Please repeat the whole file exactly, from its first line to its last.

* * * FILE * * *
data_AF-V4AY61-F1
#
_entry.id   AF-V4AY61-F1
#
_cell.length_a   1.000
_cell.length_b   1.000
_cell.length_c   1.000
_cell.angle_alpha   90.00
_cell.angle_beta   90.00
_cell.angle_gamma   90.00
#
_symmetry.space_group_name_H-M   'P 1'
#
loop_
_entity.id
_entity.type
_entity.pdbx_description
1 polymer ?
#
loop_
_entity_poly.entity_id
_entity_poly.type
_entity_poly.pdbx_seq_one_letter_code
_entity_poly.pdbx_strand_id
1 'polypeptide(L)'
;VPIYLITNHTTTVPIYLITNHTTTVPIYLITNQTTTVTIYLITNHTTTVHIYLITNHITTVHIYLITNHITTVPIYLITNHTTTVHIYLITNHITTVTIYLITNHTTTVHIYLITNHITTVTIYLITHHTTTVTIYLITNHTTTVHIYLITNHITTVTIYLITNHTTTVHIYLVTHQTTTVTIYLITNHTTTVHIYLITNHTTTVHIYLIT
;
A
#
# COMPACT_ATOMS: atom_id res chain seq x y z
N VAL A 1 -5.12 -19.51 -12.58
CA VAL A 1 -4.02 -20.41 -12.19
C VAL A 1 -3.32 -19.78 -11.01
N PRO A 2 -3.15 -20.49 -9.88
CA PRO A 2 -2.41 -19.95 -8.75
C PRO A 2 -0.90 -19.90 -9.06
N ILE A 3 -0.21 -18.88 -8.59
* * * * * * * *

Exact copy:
data_AF-V4AY61-F1
#
_entry.id   AF-V4AY61-F1
#
_cell.length_a   1.000
_cell.length_b   1.000
_cell.length_c   1.000
_cell.angle_alpha   90.00
_cell.angle_beta   90.00
_cell.angle_gamma   90.00
#
_symmetry.space_group_name_H-M   'P 1'
#
loop_
_entity.id
_entity.type
_entity.pdbx_description
1 polymer ?
#
loop_
_entity_poly.entity_id
_entity_poly.type
_entity_poly.pdbx_seq_one_letter_code
_entity_poly.pdbx_strand_id
1 'polypeptide(L)'
;VPIYLITNHTTTVPIYLITNHTTTVPIYLITNQTTTVTIYLITNHTTTVHIYLITNHITTVHIYLITNHITTVPIYLITNHTTTVHIYLITNHITTVTIYLITNHTTTVHIYLITNHITTVTIYLITHHTTTVTIYLITNHTTTVHIYLITNHITTVTIYLITNHTTTVHIYLVTHQTTTVTIYLITNHTTTVHIYLITNHTTTVHIYLIT
;
A
#
# COMPACT_ATOMS: atom_id res chain seq x y z
N VAL A 1 -5.12 -19.51 -12.58
CA VAL A 1 -4.02 -20.41 -12.19
C VAL A 1 -3.32 -19.78 -11.01
N PRO A 2 -3.15 -20.49 -9.88
CA PRO A 2 -2.41 -19.95 -8.75
C PRO A 2 -0.90 -19.90 -9.06
N ILE A 3 -0.21 -18.88 -8.59